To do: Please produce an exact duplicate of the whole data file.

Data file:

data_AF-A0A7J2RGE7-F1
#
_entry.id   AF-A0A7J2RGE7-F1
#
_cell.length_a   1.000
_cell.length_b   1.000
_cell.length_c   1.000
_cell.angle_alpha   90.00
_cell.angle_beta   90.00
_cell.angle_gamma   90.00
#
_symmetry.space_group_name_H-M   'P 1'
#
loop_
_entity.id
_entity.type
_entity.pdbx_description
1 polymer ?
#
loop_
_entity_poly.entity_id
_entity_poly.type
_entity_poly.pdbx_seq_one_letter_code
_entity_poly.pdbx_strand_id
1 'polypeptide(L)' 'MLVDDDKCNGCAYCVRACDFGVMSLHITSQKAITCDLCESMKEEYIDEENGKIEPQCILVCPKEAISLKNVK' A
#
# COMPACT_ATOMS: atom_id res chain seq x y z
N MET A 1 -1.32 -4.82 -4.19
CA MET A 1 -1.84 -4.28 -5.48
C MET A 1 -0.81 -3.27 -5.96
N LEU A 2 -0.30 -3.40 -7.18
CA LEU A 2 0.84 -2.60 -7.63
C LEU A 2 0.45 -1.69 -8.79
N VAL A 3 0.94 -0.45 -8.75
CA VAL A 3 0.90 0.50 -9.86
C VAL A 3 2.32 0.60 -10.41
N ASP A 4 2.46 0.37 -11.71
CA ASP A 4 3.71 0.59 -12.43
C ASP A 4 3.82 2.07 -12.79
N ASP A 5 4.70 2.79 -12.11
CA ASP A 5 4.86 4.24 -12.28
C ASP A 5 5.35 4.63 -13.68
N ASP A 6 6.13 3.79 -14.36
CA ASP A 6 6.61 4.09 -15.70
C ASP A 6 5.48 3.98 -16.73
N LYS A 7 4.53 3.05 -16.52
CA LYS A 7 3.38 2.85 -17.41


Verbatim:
data_AF-A0A7J2RGE7-F1
#
_entry.id   AF-A0A7J2RGE7-F1
#
_cell.length_a   1.000
_cell.length_b   1.000
_cell.length_c   1.000
_cell.angle_alpha   90.00
_cell.angle_beta   90.00
_cell.angle_gamma   90.00
#
_symmetry.space_group_name_H-M   'P 1'
#
loop_
_entity.id
_entity.type
_entity.pdbx_description
1 polymer ?
#
loop_
_entity_poly.entity_id
_entity_poly.type
_entity_poly.pdbx_seq_one_letter_code
_entity_poly.pdbx_strand_id
1 'polypeptide(L)' 'MLVDDDKCNGCAYCVRACDFGVMSLHITSQKAITCDLCESMKEEYIDEENGKIEPQCILVCPKEAISLKNVK' A
#
# COMPACT_ATOMS: atom_id res chain seq x y z
N MET A 1 -1.32 -4.82 -4.19
CA MET A 1 -1.84 -4.28 -5.48
C MET A 1 -0.81 -3.27 -5.96
N LEU A 2 -0.30 -3.40 -7.18
CA LEU A 2 0.84 -2.60 -7.63
C LEU A 2 0.45 -1.69 -8.79
N VAL A 3 0.94 -0.45 -8.75
CA VAL A 3 0.90 0.50 -9.86
C VAL A 3 2.32 0.60 -10.41
N ASP A 4 2.46 0.37 -11.71
CA ASP A 4 3.71 0.59 -12.43
C ASP A 4 3.82 2.07 -12.79
N ASP A 5 4.70 2.79 -12.11
CA ASP A 5 4.86 4.24 -12.28
C ASP A 5 5.35 4.63 -13.68
N ASP A 6 6.13 3.79 -14.36
CA ASP A 6 6.61 4.09 -15.70
C ASP A 6 5.48 3.98 -16.73
N LYS A 7 4.53 3.05 -16.52
CA LYS A 7 3.38 2.85 -17.41